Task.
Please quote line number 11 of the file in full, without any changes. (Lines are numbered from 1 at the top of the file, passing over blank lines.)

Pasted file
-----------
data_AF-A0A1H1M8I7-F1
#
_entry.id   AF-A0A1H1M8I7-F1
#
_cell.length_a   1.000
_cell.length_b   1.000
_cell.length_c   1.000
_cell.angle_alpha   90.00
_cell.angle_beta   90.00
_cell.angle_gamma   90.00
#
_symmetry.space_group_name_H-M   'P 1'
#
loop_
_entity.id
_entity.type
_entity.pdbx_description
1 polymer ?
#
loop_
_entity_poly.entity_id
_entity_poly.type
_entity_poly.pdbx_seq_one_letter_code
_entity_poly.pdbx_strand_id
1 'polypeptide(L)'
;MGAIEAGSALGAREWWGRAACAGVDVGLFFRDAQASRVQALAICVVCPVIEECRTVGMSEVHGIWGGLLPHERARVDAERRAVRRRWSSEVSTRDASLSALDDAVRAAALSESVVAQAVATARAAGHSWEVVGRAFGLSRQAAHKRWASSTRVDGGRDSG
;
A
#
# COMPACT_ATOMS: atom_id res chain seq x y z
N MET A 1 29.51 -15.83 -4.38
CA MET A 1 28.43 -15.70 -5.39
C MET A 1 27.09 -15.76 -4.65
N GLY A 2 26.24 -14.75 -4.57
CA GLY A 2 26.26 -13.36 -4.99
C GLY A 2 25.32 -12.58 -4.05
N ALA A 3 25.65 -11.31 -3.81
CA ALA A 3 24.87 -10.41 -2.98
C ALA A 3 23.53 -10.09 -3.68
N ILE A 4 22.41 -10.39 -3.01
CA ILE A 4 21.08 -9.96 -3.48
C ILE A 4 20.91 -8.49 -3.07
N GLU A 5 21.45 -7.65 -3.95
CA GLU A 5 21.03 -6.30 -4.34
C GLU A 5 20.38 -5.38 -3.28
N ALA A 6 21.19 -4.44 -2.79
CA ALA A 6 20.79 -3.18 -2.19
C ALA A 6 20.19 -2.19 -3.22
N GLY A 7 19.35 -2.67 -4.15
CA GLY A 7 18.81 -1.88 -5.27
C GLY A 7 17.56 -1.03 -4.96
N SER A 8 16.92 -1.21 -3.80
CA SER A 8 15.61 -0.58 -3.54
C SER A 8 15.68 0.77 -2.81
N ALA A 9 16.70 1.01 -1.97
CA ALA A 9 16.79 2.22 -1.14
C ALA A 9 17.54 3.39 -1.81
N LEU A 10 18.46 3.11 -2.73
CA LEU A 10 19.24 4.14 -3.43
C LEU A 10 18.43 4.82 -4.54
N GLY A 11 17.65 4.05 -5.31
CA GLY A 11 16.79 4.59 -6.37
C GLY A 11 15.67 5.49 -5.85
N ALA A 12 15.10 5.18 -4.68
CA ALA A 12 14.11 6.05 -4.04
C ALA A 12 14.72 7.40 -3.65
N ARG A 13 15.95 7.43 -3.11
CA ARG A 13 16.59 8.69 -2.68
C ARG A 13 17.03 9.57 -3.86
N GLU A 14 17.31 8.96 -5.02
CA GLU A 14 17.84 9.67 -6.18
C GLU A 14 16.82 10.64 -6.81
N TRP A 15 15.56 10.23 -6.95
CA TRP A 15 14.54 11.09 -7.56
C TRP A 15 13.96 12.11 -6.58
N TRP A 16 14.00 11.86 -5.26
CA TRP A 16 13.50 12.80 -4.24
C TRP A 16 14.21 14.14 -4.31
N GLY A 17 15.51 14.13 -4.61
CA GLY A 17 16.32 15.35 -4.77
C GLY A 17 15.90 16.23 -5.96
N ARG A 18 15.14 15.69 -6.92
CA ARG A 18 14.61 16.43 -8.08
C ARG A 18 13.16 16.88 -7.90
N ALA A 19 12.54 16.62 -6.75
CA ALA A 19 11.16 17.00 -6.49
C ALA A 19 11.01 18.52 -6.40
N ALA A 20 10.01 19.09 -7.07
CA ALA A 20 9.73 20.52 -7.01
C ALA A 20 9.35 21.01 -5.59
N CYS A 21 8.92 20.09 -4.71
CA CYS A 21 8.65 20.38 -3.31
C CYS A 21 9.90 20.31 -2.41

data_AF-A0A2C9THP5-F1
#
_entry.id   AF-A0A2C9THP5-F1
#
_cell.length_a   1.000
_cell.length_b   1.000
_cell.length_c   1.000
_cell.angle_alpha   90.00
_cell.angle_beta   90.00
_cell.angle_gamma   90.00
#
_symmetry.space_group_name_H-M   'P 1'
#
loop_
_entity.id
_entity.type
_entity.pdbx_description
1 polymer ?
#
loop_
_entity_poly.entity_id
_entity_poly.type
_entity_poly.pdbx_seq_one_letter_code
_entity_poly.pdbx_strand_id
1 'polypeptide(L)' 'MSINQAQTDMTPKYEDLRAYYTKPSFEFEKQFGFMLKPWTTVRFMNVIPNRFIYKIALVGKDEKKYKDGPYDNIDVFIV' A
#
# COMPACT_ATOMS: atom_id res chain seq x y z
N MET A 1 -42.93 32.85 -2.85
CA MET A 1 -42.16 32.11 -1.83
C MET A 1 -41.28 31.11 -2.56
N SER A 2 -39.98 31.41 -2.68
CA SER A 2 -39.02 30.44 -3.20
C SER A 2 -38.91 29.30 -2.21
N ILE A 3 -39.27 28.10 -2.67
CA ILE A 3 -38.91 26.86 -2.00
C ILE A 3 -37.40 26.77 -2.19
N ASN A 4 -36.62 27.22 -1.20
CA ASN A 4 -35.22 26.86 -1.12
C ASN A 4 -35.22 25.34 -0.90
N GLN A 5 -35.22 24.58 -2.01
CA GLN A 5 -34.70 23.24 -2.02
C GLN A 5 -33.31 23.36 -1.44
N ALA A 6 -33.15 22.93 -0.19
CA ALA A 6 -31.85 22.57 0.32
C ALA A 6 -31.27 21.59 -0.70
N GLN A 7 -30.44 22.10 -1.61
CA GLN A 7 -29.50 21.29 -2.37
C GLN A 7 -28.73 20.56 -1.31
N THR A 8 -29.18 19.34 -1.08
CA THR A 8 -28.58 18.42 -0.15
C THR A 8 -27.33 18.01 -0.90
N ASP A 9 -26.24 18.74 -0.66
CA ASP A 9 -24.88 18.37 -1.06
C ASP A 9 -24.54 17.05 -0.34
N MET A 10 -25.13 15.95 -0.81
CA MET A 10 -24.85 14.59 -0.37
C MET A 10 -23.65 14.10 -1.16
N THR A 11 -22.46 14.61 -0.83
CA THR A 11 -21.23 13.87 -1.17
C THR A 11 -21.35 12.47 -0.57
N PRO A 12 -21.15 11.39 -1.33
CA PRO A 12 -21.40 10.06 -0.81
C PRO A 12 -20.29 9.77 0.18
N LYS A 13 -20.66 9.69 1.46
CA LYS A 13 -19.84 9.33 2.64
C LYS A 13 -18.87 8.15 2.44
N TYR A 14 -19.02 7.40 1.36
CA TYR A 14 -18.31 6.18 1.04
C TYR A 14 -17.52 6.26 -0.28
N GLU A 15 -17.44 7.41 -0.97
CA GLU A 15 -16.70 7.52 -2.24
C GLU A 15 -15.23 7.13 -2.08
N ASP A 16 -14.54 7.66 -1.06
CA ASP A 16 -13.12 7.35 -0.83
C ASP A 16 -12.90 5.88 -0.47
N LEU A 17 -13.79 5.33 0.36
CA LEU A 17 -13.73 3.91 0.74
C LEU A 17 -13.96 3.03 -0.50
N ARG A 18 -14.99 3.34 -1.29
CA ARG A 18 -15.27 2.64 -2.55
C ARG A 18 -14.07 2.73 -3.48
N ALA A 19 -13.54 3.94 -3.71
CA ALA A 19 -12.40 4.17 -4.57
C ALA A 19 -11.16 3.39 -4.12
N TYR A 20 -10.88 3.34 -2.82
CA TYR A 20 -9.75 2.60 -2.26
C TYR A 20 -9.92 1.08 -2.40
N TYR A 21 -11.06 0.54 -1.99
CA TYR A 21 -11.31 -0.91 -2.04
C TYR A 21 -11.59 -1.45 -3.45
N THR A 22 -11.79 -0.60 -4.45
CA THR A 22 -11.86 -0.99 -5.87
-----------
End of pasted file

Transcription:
#